Thank your pollinators before you eat another mouthful of food as one of every three bites of food comes from them. We can almost say that pollinators rule our food supply as more than 30% of the world’s flowering plants and cereals (this includes more than 130 types of produce plants) depend on insect pollination.
Pollination is the process of transferring pollen grains from the male anther of a flowering plant to the female stigma of the same flowering plant or another flowering plant by pollinating agents. Simply put, it is the transfer of pollen to the part of the plant containing the ovules. This process is a critical part in the reproductive process of more than 3,00,000 flowering plants as it is involved in the production of seeds. Seeds are produced when pollen is transferred between flowers of the same species and producing seeds is one of the multiple ways in which a plant can reproduce. The ultimate requirement of any organism, including plants, animals and insects, is to give birth to an offspring and continue the survival of the community generations after generations. Flowers act as the tool used by plants to produce seeds.
Flowering plants supply humans and animals with food, shelter and fiber, put us at a decreased risk of chronic diseases when we consume fruits and vegetables and they can also serve as fuel sources. Pollination can be done by means of wind or water but more than 80% of the flowering plants (Angiosperms) rely on animals such as bats, bees, flies, beetles, butterflies and many other insects, most conspicuous of which are bees. Bees alone comprise of more than 30,000 distinct species worldwide.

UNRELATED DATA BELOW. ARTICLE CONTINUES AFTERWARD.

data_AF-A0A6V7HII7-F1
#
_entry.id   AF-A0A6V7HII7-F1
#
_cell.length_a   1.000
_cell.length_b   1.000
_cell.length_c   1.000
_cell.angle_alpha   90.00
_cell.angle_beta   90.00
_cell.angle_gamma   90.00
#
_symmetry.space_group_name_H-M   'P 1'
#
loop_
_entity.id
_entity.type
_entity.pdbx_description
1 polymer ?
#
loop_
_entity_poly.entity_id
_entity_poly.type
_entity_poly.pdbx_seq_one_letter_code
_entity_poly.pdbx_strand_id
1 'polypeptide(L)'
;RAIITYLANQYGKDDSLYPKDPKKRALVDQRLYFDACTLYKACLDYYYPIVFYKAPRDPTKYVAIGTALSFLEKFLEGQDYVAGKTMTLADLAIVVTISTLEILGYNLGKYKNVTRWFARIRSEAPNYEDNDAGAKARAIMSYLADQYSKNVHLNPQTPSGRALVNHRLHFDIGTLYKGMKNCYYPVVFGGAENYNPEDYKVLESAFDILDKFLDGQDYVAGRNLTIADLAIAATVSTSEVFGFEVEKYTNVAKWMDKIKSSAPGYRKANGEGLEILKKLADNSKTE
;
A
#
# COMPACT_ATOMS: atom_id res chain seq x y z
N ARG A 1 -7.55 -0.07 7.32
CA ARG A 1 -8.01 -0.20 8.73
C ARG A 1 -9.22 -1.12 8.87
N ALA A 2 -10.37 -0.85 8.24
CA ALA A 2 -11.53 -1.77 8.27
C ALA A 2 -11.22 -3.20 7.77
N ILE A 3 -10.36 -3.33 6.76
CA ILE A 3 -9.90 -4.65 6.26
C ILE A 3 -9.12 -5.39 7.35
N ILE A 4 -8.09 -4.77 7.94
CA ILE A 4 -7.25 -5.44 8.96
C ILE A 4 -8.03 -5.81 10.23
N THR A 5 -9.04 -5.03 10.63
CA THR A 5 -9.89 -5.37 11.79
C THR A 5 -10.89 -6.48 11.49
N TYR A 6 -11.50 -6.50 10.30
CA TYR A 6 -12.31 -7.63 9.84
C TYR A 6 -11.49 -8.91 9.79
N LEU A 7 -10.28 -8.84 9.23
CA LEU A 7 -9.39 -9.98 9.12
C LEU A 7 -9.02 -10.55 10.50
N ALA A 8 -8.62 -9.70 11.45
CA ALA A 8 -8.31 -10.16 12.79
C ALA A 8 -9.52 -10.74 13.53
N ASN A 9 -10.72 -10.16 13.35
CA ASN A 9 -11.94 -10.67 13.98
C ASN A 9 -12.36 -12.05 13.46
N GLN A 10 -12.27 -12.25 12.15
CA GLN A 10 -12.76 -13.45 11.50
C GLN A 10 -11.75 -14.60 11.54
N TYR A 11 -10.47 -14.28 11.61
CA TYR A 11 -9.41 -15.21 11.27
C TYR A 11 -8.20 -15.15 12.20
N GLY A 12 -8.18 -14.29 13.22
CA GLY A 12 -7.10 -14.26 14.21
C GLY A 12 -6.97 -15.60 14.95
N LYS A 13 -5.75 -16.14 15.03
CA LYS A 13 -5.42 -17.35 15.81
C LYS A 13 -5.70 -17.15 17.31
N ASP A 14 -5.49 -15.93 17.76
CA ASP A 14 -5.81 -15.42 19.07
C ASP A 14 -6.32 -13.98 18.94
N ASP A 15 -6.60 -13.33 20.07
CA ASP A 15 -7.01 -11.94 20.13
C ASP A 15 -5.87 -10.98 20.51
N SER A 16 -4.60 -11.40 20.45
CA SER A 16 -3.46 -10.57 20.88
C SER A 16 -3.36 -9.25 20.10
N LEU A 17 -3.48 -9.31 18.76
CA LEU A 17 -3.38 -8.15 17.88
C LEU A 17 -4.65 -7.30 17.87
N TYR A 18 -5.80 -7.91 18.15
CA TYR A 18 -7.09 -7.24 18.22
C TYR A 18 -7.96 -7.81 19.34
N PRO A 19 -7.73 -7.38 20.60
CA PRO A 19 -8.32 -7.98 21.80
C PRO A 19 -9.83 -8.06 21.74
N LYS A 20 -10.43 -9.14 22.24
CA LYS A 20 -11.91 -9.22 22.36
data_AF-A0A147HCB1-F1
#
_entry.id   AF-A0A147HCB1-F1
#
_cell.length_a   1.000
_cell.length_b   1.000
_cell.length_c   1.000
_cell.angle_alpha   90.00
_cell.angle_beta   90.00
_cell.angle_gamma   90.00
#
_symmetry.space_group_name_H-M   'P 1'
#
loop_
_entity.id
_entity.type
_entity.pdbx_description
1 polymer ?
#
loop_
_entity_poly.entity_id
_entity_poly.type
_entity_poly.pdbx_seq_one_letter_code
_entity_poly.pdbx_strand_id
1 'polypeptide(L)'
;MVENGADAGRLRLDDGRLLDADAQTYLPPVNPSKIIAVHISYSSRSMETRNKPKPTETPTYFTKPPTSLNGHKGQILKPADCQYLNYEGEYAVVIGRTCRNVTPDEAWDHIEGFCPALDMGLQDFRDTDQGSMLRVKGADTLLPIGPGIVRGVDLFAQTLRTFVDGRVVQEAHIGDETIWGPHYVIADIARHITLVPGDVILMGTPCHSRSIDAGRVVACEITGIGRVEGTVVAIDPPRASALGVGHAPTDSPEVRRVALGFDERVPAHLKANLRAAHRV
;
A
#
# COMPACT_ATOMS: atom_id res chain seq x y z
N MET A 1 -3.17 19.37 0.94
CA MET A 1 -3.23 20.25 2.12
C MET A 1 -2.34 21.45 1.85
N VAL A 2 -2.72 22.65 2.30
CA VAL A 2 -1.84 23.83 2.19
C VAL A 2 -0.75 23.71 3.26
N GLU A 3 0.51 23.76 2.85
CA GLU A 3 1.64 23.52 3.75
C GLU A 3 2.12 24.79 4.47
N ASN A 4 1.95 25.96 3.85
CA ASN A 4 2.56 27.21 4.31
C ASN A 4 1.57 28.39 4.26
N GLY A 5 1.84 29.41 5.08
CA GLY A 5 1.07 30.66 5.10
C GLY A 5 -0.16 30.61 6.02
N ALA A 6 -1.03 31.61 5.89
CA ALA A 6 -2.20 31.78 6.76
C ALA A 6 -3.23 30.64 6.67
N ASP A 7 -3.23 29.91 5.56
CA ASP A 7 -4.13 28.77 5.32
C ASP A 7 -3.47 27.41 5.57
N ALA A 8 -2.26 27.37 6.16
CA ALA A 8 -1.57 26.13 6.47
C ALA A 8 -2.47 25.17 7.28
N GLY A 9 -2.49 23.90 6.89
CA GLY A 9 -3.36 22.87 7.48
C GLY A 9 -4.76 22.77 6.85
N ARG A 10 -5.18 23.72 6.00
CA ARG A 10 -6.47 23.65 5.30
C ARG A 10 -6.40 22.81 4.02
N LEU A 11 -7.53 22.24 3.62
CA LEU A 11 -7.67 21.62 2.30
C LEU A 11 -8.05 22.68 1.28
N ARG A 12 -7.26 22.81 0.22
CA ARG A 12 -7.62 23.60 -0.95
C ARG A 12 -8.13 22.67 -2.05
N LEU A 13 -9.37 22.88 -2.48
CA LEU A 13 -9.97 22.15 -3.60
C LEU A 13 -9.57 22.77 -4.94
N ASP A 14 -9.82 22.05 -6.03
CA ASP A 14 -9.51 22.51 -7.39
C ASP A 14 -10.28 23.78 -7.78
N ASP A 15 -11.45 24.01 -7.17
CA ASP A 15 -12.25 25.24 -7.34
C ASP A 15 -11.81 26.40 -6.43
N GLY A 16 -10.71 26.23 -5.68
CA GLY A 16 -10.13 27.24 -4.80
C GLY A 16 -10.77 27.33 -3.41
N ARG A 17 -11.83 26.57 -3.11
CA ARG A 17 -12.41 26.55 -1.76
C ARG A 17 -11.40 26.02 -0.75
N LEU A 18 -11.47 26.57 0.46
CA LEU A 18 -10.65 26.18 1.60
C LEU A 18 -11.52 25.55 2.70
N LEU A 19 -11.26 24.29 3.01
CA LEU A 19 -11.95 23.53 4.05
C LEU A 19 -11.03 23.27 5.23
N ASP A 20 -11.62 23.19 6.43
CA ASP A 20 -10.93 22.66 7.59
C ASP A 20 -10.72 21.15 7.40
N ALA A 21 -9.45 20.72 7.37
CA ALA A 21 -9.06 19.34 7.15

Honey bees are one of the best pollinators for different reasons. They are blessed with a hairy body that trap pollen and carry it between flowers. These pollen as well as nectar from flowering plants are required by bees to rear young ones and hence, the insects frequently visit flowers in large numbers to obtain sufficient food. By flocking onto the same species at a time they serve as good pollinators for this reason. Yet another advantage these tiny insects hold is that, their body size enables them to pollinate flowers of many different shapes and sizes.
A bee picks and chooses flowers that are enriched with nectar, consists of colored petals that are blue, yellow or a mix of both, have a sweet aroma, bilaterally symmetrical, flowers are tubular with nectar at the base, open during daytime and consist of a correct landing platform. Bees locate the nectar with the aid of ultraviolet light present at the center of the flower unlike humans to whom this light remains invisible. The bee’s UV ray-sensing ability proves to be of dual benefit-the bees can rapidly collect nectar and the flower is also pollinated much effectively. Crops such as apples, apricots, cherries, cloves, cucumber, pear, peach, pumpkin, watermelon, sunflower, squash, muskmelon, plums and cranberries must be pollinated by bees to produce fruits or seeds.
Using bees for pollination is a specialized practice that needs different management skills from that of honey production. Farmers too can contribute towards pollination by enabling pollinator-friendly tweaks on their lands such as hedgerows and field borders. One can call it a good pollinator habitat when the habitat comprises of high-value pollen and nectar plants. Farmers can also substitute flower beds for lawns, minimize pesticide use and set up houses for bats and native bees.
A Farmer’s Best Friend
Honey bees are often quoted to be a farmer’s best friend as they have the potential to increase or even double the yields of crops at no extra cost or effort. Honeybee pollination help farmers produce maximum yield of oilseeds, fruits, vegetables and pulses. Know your pulses and their richly-present nutrients from the website www.firsteatright.com. Normally, a beehive of 50,000 insects pollinates half a million plants in one day making the rest of the pollinators diminish into insignificance.
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Dietitian & Nutritionist Dr. Nafeesa Imteyaz.